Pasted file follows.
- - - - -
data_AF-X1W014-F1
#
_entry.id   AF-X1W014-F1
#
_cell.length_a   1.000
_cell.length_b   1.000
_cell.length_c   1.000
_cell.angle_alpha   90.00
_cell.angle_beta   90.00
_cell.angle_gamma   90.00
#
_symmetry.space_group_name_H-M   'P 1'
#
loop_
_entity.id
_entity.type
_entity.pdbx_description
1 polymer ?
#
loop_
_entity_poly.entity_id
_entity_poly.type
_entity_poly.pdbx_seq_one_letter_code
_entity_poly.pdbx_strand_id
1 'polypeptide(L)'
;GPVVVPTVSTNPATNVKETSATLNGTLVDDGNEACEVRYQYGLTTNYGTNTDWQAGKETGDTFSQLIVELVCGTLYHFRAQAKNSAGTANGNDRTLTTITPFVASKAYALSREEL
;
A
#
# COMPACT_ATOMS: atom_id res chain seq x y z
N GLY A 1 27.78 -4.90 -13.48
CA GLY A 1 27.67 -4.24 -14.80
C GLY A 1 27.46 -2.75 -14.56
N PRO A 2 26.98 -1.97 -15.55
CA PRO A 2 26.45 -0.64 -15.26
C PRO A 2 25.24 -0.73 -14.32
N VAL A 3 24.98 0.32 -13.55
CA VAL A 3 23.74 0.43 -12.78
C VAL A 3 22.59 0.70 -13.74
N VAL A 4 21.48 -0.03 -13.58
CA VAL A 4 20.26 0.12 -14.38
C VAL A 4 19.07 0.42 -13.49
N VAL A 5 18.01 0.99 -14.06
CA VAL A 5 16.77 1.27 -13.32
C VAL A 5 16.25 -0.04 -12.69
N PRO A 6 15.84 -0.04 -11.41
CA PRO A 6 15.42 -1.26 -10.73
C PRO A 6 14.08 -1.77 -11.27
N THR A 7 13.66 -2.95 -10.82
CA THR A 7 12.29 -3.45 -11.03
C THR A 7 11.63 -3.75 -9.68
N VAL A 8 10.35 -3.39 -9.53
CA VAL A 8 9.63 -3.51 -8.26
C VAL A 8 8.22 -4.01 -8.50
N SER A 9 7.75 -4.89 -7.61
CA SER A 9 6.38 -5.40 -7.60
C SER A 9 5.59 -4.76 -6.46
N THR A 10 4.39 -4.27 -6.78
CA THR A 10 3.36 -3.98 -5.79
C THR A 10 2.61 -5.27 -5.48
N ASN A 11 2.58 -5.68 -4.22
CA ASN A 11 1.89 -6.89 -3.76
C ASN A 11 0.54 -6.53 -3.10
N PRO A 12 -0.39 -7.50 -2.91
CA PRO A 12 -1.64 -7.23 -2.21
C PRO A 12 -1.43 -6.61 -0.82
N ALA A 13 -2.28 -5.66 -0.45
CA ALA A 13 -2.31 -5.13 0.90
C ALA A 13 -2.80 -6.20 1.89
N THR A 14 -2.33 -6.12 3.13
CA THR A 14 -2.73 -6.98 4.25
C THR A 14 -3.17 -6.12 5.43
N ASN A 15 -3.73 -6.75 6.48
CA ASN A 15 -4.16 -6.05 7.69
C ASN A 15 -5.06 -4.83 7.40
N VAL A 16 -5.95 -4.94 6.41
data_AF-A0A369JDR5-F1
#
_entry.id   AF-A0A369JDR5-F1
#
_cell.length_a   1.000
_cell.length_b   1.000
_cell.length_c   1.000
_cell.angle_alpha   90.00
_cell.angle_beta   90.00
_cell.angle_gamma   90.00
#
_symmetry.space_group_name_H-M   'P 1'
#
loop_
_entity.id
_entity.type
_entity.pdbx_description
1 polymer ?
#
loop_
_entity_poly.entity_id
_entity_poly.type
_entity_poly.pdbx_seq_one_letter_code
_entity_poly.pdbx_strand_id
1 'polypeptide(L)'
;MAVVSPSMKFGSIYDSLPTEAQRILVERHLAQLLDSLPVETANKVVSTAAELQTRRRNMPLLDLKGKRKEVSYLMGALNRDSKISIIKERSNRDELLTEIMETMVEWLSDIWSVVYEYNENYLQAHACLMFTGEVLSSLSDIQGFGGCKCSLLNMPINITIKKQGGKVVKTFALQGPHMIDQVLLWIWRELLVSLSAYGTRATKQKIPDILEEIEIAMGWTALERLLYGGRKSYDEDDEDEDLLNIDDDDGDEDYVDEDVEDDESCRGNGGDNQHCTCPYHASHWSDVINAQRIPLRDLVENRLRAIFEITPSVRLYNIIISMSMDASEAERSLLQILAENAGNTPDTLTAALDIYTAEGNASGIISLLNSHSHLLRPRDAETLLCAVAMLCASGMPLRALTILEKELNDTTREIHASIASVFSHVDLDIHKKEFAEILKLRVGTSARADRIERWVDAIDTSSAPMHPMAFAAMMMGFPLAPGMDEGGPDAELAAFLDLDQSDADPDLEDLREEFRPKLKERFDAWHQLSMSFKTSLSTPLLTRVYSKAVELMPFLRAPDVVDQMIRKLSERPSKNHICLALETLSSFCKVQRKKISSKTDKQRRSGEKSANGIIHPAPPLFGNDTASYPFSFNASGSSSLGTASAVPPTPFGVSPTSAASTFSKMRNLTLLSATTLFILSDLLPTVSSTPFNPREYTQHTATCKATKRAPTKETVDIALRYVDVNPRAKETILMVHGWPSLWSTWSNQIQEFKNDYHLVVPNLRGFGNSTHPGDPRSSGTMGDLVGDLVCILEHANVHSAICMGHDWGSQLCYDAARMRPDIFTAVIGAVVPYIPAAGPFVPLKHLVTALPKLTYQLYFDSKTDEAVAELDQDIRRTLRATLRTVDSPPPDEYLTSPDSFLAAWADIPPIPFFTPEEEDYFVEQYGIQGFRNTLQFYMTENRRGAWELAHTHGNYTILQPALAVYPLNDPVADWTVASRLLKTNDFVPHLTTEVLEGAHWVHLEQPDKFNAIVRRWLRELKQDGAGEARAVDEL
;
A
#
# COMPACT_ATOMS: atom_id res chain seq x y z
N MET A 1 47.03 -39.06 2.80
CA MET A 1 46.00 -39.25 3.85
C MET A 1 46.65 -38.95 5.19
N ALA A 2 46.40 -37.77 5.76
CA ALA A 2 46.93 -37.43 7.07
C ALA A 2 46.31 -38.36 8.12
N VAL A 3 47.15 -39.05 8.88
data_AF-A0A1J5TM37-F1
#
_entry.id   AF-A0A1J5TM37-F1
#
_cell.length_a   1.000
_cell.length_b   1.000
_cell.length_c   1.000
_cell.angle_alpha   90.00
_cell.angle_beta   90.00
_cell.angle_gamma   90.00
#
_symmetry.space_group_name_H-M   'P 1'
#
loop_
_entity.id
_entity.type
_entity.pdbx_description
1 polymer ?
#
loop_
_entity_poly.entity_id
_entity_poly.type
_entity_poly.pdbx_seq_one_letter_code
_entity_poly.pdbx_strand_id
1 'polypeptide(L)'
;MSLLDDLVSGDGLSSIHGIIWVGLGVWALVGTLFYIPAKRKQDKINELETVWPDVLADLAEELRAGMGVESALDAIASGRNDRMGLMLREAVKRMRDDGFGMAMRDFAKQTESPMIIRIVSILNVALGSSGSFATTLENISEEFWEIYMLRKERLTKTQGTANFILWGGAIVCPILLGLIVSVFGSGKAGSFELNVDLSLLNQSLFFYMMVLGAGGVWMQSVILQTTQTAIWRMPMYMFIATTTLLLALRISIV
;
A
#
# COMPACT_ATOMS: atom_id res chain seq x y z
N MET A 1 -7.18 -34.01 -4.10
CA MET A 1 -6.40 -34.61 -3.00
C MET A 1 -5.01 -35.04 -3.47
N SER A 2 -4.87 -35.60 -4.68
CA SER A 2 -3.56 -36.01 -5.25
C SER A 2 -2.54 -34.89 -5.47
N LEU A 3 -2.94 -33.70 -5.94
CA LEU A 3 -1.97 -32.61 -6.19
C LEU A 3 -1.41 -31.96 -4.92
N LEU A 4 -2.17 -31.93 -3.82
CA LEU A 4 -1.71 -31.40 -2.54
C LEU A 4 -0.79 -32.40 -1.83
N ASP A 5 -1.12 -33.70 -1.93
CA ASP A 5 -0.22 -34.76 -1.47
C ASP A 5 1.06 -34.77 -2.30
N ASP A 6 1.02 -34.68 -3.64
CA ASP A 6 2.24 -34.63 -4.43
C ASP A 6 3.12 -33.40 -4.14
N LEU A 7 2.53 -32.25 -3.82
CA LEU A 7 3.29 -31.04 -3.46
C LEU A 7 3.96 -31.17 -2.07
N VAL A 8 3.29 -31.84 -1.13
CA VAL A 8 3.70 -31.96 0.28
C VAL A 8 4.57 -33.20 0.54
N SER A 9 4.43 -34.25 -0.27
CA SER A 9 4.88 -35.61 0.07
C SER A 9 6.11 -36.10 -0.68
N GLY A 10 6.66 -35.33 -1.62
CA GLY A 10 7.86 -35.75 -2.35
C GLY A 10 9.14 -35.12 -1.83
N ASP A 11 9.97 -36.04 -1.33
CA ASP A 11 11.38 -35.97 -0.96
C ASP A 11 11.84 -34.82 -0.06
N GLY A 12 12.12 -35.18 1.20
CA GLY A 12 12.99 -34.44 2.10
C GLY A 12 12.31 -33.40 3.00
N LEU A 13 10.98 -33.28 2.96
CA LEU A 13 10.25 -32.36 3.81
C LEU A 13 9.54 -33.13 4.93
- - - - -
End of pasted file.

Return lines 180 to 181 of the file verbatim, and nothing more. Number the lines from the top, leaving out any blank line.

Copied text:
N LEU A 13 10.98 -33.28 2.96
CA LEU A 13 10.25 -32.36 3.81